Newsletters  | Mobile

The 2003 Hot List

Lanny Wadkins and Fred Couples were supposed to be contenders. But NBC's Miller is still king of commentators. Here's Miller on the state of the game, 2003.

On technology: "The USGA had no idea how far distances would go. They won't say it, but they are shocked at what's happened this year. In their heart of hearts, they'd like to go back to persimmon drivers and steel shafts. The USGA can't let distances get one millimeter longer, or they're idiots."

On Annika Sorenstam: "She is a better irons player than half of the guys on Tour. She can finish twentieth at Colonial, but the pressure will be fierce. If she lets it get to her, it'll be a disaster."

On young guns: "Charles Howell and that whole nuke-it generation—they swing too dang hard! It's just, 'Kill it and hit it dead straight.' They should learn to work the ball."

On Mike Weir and Tiger Woods: "Mike asked me, 'How can I keep up with Tiger?' I said, 'Do the little things.' It's not all power. Watch Tiger—when he swings his irons hard, he doesn't win. He wins when he's hitting punch shots."

On Phil Mickelson: "He's got more fire than all of them, as much as Woods. But you can see Phil going crazy when he goes up against Tiger, trying stupid shots. Phil needs to see a yellow light sometimes."

Miller is yellow-lighting his schedule for '03, calling only nine events. But he will work the U.S. Open. "Olympia Fields is an up-and-down course," he says. "Tall guys and hilly lies don't mix, so watch out for the little guys."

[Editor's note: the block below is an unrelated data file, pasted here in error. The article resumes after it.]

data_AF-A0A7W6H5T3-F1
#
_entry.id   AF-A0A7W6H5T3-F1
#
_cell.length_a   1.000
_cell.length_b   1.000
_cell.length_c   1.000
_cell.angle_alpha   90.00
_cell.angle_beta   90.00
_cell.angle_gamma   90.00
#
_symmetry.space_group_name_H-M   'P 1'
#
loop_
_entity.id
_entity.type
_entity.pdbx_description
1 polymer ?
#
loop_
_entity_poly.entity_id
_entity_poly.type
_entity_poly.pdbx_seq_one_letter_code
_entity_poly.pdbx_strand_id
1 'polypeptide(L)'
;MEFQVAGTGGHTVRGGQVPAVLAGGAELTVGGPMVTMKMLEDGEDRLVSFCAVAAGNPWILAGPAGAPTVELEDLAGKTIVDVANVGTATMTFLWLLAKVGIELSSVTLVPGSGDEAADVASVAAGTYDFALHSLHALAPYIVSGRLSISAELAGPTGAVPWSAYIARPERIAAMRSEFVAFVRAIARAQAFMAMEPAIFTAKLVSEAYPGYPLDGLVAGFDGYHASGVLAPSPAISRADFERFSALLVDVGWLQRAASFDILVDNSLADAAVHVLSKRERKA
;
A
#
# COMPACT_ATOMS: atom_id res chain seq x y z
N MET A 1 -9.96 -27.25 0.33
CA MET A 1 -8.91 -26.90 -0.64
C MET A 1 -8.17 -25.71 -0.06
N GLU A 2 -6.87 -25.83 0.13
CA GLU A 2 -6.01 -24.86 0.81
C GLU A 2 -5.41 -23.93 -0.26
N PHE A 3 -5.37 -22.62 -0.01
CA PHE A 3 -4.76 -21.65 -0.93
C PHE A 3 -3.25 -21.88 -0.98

Last year's issue was COR, a driver's coefficient of restitution, which was capped to limit distance. Now it's the core—not a sci-fi movie but the action of the torso, chest and back muscles that powers today's high-torque swing. Only a few years ago, core power was the province of violent sports. Emmitt Smith, the NFL's record-breaking running back, called his core "my secret—it's why a tackler can't bring me down." In golf, Tiger Woods's power comes largely from the fierce torquing of his core, which makes his swing more modern than the long, lashing swoop of John Daly.

"It's not a fad," said Phil Mickelson after he spent the winter building core strength. "Biomechanically, the downswing is started by the core muscles. To create [clubhead] speed, that's where you need to create more strength." Take it from Phil: To hit the ball farther, go hard-core.

The twenty-year-old LPGA star is being marketed as a cupcake, but she is strong enough to pound 280-yard drives with her refreshingly screwy-looking swing. Gulbis is motivated—she finished high school in three years while she and her dad put 130,000 miles on his pickup truck chasing junior-golf glory—and she has two other things that measure up to the game's greats: her long legs. Though only five-foot-nine, Gulbis wears slacks with a thirty-three-inch inseam, almost a match for six-foot-three Ernie Els's thirty-three and a half.

You could park a Robert Trent Jones green inside today's vast high-end spas, where the trend is local color—treatments that relax you while reminding you where you are.

EQUINOX RESORT & SPA in Manchester Village, Vermont, offers Mountain Man facials and a 1927 Walter Travis golf course restored by Rees Jones. (802-362-4700, rockresorts.com)

FOUR SEASONS RESORT, Nevis, West Indies, evokes the island's roots with hot tubs shaped like sugar mills. The resort's Robert Trent Jones Jr. course winds through rain forest to Nevis Peak. (800-332-3442, fourseasons.com)


Sign Up

Connect With Travel + Leisure
  • Travel+Leisure
  • Tablet
  • Available devices

Already a subscriber?
Get FREE ACCESS to the digital edition